We gather the numbers from the week’s biggest economic and business news stories so you can impress your friends.
The price of oil jumped in New York on Monday to its highest level since 2014 after the Organization of the Petroleum Exporting Countries (OPEC) and its allies, a grouping known as OPEC+, agreed to stick to its existing plan to add 400,000 barrels per day (bpd) of oil to the global market in November.
Monday’s decision comes amid a worsening global energy crunch and calls on the oil cartel to further loosen the taps to cool red-hot prices. More oil flooding the market means cooler prices while less oil coupled with growing demand can cause prices to spike.
Global benchmark Brent hit $82 a barrel, its highest since 2018, before settling up 2.51 percent at $81.27.
United States West Texas Intermediate (WTI) crude futures rose past $78, their highest since 2014 after gaining for the past six weeks. WTI settled up 2.27 percent at $77.60.
Demand for crude will likely spike in the coming months as winter approaches in the Northern Hemisphere and the market struggles to meet demand.
“OPEC+ faces a much tighter supply market now than at the last meeting, especially as the September rally was supported by an active hurricane season,” Louise Dickson, senior oil markets analyst at Rystad Energy, told Al Jazeera.
A constrained supply environment and a demand spike as countries come out of COVID-19 lockdowns have set the stage for a global energy crisis.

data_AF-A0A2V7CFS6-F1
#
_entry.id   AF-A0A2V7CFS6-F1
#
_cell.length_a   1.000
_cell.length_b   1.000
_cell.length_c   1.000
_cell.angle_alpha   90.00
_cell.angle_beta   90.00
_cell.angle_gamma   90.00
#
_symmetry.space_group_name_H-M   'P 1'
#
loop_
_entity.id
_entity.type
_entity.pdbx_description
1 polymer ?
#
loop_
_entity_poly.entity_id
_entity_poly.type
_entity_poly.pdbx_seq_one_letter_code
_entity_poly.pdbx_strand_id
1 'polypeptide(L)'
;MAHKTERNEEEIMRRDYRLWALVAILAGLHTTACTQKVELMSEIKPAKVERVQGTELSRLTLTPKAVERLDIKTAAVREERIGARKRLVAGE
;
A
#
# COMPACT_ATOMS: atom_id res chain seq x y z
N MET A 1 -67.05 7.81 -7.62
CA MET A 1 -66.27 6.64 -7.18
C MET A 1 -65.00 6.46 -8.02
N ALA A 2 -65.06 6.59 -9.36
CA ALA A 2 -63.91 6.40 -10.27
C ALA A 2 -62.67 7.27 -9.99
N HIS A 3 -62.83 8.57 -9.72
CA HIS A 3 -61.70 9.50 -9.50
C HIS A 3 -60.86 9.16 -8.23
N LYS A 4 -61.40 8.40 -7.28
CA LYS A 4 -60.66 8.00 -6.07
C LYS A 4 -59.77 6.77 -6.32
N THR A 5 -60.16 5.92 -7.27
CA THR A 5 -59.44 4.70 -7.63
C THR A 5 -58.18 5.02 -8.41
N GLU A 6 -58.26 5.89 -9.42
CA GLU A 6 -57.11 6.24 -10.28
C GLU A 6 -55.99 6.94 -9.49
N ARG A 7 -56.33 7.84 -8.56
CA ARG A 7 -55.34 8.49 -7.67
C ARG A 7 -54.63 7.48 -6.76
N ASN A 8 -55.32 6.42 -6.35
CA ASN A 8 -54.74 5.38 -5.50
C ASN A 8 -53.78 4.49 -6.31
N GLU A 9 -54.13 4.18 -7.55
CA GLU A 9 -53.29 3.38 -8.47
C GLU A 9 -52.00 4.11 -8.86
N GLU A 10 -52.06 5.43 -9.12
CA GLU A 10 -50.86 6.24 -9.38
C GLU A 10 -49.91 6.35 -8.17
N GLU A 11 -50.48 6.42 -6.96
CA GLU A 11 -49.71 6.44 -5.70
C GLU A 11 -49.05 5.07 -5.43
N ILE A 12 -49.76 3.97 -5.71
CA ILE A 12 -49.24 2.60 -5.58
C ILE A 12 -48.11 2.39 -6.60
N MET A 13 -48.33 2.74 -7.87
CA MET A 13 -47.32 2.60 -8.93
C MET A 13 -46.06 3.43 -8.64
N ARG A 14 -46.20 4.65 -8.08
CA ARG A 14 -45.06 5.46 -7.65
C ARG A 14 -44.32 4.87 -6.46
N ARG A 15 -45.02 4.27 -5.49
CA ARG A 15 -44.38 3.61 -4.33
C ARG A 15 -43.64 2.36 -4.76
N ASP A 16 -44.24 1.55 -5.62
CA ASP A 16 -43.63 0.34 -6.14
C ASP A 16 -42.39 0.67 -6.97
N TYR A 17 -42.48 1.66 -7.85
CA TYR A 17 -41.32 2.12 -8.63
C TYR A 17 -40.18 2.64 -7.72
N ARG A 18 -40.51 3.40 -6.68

“Absent a significant change of course by OPEC+ to its current production plan, which we now know there won’t be, the current climb in prices is likely to continue,” Reed Blakemore, deputy director of the Atlantic Council’s Global Energy Center, told Al Jazeera.
OPEC+ faced pressure from crude consumers such as the US to loosen the taps some more and help cool prices. The price of crude has spiked 50 percent in 2021, threatening to derail the recovery from the coronavirus pandemic.
OPEC+ is the most impactful supply-side market participant, according to Rystad Energy, which forecasts that there is still about 10 million bpd of spare oil production capacity worldwide. OPEC+ has the lever on 9.2 million bpd.
OPEC+ agreed in July to boost output by 400,000 bpd each month until next April to phase out 5.8 million bpd of existing cuts. The cartel, led by Saudi Arabia and Russia, had agreed to take barrels off the market after COVID-19 shutdowns essentially wiped out demand for crude in 2020.
“It’s important to remember that today’s meeting was related to November production levels, so any decision today would likely have been more of a signal rather than changing the fundamentals, which are currently driving a rally across the broader energy sector,” Blakemore explained.
A lot can happen over the course of a month, however. OPEC+ is set to meet again on November 3.
“If we get to the next meeting and prices are still climbing, then there will be significantly more pressure for OPEC+ to intervene,” Blakemore said. “Especially if tightness in gas markets increases and the current boost to oil demand as a result of fuel switching proves to be a much more of a medium-term trend.”